soft & bright
soften skin brush
These are the basics of your first edit with Lightroom’s adjustment brush. Come back for our next installment to learn about:
How to Order, Download and Unzip Our Photoshop Actions, Lightroom Presets and Textures
Whether you are trying to order, download or unzip our products, here’s what you need to know to make it quick and “hopefully” painless.
In this tutorial, we will show you how to order, download and unzip products from our site – both the FREE and the purchased ones! Check out all our products right here in the store. Downloading and unzipping are processes that some do every day, however, for those less computer savvy, the process can be not-so-intuitive.
So, let’s break it down and make it easy for you. And check out the video at the end of this tutorial if you need a little more help.
Step 1. Find the product(s) you want and add them to your cart.
Find the product you want: Lightroom Presets, Photoshop Actions, Textures, etc. MOST IMPORTANTLY, check and make sure you have the software required to use the items. Every product will indicate if you need Photoshop, Elements, or Lightroom (and also which versions numbers of the software are compatible). As long as you have the right software, where you see the box with a 0, change it to a 1 and click the red “add to cart” button. THESE DIRECTIONS ARE THE SAME for free items and ones that cost money.
If you have a problem adding to cart, you may have a caching issue. Please delete your browser cache or worst case, try from a different browser. Once you have everything in your cart that you want, make sure you are logged in (or create an account if you do not have one). Double check the quantity for each product. If you were not logged in and added to your cart, and already had something from a prior session, it may still be there. This happens to me on Amazon all the time.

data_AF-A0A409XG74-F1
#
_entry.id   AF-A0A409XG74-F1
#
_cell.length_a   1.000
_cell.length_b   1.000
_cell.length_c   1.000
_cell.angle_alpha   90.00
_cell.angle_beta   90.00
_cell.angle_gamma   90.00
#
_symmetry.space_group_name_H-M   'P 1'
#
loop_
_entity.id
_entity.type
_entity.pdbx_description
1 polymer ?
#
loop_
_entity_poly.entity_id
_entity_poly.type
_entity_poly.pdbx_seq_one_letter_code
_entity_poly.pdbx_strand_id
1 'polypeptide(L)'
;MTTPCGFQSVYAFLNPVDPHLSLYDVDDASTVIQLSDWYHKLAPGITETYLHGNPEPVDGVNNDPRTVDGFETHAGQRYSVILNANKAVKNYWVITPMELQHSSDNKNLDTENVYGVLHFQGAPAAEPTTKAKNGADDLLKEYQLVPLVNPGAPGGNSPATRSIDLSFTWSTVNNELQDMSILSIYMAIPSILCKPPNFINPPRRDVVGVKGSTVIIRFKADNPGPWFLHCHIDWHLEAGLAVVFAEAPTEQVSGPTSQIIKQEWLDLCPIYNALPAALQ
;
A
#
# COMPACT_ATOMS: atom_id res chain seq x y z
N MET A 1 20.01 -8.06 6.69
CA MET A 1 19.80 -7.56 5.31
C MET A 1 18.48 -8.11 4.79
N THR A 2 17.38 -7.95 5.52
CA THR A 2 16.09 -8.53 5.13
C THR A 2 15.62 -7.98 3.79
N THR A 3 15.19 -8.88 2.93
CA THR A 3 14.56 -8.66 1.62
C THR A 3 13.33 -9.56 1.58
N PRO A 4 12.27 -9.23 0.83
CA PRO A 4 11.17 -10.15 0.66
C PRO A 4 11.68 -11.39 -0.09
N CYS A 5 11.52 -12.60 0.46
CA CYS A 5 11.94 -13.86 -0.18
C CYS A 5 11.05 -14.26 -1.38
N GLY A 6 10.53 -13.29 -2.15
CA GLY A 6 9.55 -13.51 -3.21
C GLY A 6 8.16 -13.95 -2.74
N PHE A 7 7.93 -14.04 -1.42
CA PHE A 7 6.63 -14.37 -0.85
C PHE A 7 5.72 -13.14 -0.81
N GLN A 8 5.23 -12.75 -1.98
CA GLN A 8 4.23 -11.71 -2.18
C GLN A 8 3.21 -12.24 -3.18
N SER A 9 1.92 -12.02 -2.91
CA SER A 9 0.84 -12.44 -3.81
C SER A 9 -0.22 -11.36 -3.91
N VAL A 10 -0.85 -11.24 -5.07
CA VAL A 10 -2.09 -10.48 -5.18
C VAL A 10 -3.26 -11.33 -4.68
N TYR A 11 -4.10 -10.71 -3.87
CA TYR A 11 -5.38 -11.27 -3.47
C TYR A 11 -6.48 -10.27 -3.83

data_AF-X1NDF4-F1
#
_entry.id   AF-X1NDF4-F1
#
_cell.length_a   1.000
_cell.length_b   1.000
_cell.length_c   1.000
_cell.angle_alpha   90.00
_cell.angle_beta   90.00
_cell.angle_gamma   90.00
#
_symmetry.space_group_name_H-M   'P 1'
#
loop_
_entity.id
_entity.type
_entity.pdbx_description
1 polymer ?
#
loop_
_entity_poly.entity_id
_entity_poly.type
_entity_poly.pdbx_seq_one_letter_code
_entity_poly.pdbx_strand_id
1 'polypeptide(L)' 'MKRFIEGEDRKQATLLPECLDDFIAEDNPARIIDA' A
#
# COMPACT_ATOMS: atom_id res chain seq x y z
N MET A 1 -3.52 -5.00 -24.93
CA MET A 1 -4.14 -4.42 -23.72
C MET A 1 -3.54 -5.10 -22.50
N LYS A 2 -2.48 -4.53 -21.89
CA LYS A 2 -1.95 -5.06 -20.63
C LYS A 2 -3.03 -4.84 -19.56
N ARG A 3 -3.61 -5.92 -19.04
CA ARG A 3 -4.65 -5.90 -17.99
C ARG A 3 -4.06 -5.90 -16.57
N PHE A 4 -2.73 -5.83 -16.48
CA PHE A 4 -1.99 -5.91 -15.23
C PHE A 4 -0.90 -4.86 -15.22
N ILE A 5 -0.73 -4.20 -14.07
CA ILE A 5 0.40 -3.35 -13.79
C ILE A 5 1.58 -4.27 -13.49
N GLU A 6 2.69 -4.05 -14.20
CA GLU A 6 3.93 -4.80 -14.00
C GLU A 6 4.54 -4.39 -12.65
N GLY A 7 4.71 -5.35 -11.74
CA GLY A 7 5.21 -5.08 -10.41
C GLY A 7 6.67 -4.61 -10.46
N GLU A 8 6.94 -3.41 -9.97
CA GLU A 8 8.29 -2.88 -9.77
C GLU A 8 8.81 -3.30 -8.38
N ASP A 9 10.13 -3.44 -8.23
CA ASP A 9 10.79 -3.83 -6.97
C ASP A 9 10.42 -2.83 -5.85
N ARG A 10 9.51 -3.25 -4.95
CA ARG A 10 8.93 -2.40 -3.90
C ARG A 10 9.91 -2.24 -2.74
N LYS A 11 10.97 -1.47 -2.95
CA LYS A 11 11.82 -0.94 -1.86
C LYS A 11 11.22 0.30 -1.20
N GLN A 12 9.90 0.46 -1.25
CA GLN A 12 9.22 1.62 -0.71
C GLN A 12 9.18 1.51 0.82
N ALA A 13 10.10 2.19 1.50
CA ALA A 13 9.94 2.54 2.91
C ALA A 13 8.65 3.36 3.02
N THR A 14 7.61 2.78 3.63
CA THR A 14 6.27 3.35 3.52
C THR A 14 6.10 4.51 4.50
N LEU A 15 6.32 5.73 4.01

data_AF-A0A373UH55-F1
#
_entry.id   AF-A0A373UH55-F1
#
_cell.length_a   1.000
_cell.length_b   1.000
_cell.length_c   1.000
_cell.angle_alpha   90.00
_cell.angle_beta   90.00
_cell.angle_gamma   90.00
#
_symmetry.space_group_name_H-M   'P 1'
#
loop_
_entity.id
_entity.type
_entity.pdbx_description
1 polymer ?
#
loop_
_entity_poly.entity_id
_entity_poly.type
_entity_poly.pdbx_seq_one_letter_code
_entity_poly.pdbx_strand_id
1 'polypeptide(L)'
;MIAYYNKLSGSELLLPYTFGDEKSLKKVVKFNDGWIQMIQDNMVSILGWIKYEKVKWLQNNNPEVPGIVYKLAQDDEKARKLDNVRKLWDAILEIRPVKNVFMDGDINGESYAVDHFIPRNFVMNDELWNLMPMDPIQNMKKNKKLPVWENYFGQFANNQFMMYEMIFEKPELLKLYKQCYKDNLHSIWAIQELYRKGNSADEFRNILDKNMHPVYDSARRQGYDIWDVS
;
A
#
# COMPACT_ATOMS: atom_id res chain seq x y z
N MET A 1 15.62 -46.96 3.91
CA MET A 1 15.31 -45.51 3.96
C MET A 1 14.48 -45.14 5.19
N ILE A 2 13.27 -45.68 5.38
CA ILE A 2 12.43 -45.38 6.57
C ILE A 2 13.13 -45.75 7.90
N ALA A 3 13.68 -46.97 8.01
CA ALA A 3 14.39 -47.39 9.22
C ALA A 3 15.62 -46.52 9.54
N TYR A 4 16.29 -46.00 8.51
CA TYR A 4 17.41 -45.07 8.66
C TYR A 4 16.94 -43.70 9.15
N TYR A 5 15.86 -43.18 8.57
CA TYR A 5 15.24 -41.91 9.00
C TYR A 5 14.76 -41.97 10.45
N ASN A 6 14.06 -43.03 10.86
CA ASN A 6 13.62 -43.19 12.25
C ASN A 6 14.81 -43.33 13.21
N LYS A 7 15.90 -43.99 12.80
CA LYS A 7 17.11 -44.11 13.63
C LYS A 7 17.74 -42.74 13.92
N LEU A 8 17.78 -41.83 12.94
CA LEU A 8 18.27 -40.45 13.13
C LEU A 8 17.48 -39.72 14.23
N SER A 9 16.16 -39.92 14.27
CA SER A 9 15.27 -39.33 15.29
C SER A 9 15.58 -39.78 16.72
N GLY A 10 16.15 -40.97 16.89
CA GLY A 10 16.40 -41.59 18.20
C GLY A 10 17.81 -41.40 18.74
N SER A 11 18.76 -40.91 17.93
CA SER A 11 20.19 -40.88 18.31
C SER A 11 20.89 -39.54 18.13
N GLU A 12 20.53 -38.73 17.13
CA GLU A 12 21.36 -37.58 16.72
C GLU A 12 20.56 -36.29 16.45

Next, checkout. Again, same process for both free and paid items until you get to this step. Choose your payment method:
Step 2. Download the product from MCP Actions onto your computer
Once you have purchased your product from MCP, or ordered your freebie, you have to get that product onto your computer, right? Moving the product from our website to your computer is called downloading. You have 3 ways to download products from our website.
First way: Immediately after completing the order or purchase transaction, you internet browser will be directed to a page where you can click a link to take you directly to My Downloadable Products.
Once you are in the My Downloadable Products section, you can click on the word download next to the product you’d like to download.
Second way: After completing your transaction, you will receive a receipt at the email address you entered when creating a MCP account. Next to each product is a link that says “Download.” Click on it and your products will be downloaded immediately onto your computer.
Third way: Go directly to our website, MCPActions.com, and login to your account.
Next, click on My Downloadable Products from the menu on the left of the page.
Step 3. Unzip the Product
The product is on your computer now. Now it’s time to locate the files. Start by looking in folders called Downloads or My Downloads. On my Mac, that looks like this.
On my PC running Windows Vista, it looks like this. Odds are, your computer won’t look exactly like mine. But they will be similar.
If you don’t see your MCP products in this folder, that means that your browser or computer has stored them somewhere else. Unfortunately, we can’t help you determine where they would be, because this is a user specific setting – ask other people who have access to your computer if they know where your downloads go. Try typing command+shift+j on your mac, or control+j on your pc – sometimes, these commands will show you your downloads.